Arguments are a normal part of healthy relationships, including the ones that are intensely emotional. When they become disrespectful, however it’s time to take a break. This can be a really important strategy for maintaining our cool and keeping an eye on solving the problem. Sometimes taking a break can lead to more fighting if not done properly. The problem tends to be in the way people take breaks, not in the break itself. If you need a break – by all means, take one! Just follow these simple rules.
- LET THE OTHER PERSON KNOW WHAT YOU ARE DOING (AND OWN IT)
Ever been in an argument and the other person just leaves the room, hangs up the phone, or says something ugly and then says they’re done talking? You probably didn’t feel too respected when it happened. In fact, it likely increased your anger. When you start to feel too heated or overwhelmed, respectfully let the other person know that you need some time to gather yourself.
Take responsibility for the break as well. This would sound something like, “I am feeling really upset, I need to take a break.” Avoid saying something like, “You are being ridiculous, I’m taking a break.” Blaming someone else for needing some space invites more arguing. Even if you feel the other person is being disrespectful, own your need for a break. There may be a time to address disrespectfulness, but right then may not be the most effective. At this point, all you are trying to do is calm the situation down.
- SUGGEST A TIME TO COME BACK TO IT
This is really important. Committing to restarting the discussion helps the other person know that you are not just trying to get out of the conversation altogether. It could be 15 minutes, after dinner, after the kids go to bed, etc. Whatever time you feel would be helpful.
Use this time wisely. Think through how you are presenting yourself. Is your message effective and coherent? Do you need to find a different way to verbalize what you are thinking and feeling? Do you understand the other person’s point of view? If not, what questions do you need to ask for a better understanding? What might be getting in the way of solving the problem?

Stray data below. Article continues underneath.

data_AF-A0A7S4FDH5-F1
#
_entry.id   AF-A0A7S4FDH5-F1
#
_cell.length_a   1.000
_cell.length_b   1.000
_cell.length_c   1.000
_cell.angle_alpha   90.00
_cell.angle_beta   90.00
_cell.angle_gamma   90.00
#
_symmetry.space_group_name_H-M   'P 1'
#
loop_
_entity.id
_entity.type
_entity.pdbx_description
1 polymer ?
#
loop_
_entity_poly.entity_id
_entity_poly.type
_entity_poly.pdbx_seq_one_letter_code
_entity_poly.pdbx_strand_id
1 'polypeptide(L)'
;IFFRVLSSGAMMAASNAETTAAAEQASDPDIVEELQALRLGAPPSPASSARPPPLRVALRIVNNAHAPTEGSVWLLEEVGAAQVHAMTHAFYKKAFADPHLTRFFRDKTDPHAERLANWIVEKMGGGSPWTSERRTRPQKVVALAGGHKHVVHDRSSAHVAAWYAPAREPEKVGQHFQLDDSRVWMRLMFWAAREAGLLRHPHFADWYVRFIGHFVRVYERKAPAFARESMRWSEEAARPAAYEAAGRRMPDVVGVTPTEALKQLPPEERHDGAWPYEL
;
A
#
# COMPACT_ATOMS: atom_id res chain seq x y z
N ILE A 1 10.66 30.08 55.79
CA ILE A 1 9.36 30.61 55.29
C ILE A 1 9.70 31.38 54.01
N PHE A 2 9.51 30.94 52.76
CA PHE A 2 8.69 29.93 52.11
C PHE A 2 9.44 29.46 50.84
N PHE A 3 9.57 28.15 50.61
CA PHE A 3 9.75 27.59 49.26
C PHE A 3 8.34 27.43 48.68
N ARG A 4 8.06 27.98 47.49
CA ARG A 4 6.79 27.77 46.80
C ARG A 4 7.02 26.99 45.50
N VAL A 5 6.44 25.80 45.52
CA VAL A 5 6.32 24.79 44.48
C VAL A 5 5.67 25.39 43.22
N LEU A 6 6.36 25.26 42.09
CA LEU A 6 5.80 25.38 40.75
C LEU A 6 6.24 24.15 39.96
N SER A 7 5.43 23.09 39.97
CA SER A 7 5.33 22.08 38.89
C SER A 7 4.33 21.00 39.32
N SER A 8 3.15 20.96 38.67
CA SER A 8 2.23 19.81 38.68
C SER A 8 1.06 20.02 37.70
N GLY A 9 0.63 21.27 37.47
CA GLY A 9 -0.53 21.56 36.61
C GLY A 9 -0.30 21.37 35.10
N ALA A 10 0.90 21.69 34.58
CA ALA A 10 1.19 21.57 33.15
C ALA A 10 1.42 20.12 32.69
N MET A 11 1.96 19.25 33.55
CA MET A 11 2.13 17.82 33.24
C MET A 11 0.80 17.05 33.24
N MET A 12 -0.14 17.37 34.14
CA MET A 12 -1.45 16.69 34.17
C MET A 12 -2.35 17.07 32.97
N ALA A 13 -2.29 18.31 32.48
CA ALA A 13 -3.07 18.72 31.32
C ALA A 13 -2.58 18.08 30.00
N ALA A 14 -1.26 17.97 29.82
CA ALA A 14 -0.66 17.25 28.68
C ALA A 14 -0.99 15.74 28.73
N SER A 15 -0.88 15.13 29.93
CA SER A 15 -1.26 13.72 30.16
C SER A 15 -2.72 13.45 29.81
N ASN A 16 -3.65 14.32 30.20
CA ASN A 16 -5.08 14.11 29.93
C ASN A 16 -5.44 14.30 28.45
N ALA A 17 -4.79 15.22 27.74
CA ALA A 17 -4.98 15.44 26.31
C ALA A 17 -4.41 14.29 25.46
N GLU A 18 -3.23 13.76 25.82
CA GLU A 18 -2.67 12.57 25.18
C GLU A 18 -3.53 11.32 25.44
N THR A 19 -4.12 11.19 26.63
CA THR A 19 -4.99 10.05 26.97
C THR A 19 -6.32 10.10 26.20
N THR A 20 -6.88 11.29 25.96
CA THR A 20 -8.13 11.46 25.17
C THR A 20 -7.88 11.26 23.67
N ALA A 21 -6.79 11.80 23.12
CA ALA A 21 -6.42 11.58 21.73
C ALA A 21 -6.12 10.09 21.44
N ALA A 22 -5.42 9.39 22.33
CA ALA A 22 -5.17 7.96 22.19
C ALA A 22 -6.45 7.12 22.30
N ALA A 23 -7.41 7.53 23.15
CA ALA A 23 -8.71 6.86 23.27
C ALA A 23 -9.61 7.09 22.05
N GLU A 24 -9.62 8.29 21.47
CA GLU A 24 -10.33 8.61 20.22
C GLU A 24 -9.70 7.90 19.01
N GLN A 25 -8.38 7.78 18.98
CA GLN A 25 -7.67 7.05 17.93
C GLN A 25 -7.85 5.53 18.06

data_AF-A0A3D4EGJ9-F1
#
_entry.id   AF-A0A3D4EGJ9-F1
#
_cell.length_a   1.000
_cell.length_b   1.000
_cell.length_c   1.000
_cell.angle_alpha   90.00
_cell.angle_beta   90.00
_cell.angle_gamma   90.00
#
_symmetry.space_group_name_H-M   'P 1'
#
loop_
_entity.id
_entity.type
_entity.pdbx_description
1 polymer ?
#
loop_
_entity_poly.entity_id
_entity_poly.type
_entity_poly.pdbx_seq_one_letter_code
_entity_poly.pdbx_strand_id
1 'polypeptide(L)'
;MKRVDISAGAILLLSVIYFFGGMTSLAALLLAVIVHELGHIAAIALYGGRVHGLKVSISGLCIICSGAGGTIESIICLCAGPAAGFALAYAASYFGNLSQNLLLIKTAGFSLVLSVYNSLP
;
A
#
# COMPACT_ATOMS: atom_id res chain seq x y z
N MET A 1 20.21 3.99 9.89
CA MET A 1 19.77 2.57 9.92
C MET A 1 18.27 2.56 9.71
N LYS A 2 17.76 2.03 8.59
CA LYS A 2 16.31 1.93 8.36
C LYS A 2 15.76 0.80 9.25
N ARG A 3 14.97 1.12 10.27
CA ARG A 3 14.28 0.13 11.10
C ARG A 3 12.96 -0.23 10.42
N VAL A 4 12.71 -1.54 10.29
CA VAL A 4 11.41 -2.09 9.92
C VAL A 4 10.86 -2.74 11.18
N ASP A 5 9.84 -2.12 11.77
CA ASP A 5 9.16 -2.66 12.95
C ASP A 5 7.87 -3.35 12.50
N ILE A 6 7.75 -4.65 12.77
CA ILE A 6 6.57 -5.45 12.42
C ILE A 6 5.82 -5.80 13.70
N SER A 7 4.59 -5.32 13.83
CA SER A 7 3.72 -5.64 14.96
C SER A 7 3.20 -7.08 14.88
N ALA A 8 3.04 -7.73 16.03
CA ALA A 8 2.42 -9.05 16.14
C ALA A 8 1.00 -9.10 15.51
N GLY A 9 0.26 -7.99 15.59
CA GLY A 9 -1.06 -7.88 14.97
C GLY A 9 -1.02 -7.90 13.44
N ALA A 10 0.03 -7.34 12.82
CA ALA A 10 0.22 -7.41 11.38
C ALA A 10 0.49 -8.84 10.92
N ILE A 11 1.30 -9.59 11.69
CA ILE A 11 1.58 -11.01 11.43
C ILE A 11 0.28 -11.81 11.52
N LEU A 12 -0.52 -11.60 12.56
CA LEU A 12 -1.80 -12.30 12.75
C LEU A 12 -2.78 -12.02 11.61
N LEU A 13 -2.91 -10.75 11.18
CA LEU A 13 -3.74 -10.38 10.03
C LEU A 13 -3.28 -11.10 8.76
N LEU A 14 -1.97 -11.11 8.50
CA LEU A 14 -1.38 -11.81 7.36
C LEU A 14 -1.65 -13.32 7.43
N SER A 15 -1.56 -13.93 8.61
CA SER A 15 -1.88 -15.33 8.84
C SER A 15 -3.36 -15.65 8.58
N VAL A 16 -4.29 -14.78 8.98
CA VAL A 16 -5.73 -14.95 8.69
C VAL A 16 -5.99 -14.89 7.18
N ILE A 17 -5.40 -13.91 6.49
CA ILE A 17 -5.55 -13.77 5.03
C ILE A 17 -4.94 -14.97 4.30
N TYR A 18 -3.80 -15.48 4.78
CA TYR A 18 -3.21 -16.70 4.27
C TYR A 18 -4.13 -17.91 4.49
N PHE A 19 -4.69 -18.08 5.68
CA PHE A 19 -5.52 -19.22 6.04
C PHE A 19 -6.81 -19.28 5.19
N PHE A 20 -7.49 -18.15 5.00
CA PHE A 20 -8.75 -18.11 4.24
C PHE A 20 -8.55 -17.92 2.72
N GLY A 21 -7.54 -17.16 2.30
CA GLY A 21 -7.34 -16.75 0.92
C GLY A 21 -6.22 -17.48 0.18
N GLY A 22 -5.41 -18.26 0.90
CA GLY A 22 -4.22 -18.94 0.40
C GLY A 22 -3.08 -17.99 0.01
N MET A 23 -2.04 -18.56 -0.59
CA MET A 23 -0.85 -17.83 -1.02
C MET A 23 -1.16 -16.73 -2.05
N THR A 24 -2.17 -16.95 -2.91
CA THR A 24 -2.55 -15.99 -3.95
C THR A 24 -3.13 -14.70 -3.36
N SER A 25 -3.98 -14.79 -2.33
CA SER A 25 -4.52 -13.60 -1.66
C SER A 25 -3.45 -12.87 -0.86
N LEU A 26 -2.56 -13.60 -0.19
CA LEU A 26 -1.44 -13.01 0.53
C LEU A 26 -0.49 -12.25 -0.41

- RETURN WHEN YOU SAID YOU WOULD
If you ask for a break, you have to be the one to reengage with the other person. Go back when you said you would. There may be some times when what you suggested isn’t long enough. You still need to go back at that time and let the other person know that you need more time to think, process, calm down, etc. If you don’t do this, your partner is likely to feel manipulated.
A common response I hear to these rules sounds something like, “I have tried those things before, but even if I ask for a break he keeps on pushing the argument anyway.” To this I offer two rules for anyone on the receiving end of a break request.
- IF SOMEONE ASKS FOR A BREAK, LET THEM HAVE IT – NO EXCEPTIONS
If someone requests some space, they’re doing it for good reason. They need to calm down and process the information. They are also often times wanting to avoid doing or saying something they will regret. Be respectful of that. You may want to get to a conclusion, but if they are not ready it will end badly. To keep pushing is disrespectful.
- DON’T BE THE ONE TO REINITIATE THE CONVERSATION
The person calling for the break needs to pick it back up. If someone asks for 30 minutes, don’t seek them out after 29 minutes and start talking. Allowing them to come back to the conversation at the appointed time helps you trust that they are committed to resolving the issue. It also helps them feel their request was respected.
There is an exception here. Let’s say your partner asks for a break until after dinner. You waited patiently and it is now the next day. It is appropriate to bring up the conversation, but do it as an invitation instead of instigating a fight. For example, “Hey, I know you said we would talk more after dinner last night, when would be a good time to pick this back up?” This keeps you focused on the original argument instead of starting a whole new one.
Finally, it is never too late to ask for a break. If you cross a line of respectfulness, do not feel like you missed an opportunity. Those are important times to ask for a time-out. In those cases, do two things: apologize for your words or behavior and follow the time-out rules above. You will avoid any further damage and show that you want to avoid being hurtful.
Taking a break does not solve the problem, but it does help people get there in times of intense emotion. It can also slow down the pace of the conversation, allowing more time to think and reflect. Sometimes, breaks are not enough. There may be situations that, despite your best efforts, just seem too difficult to resolve. In those cases, you may benefit from a third-party, such as a therapist or marital coach. If you feel this would be helpful, I would be happy to talk with you further. If I can’t be helpful, I am happy to help you find someone who can.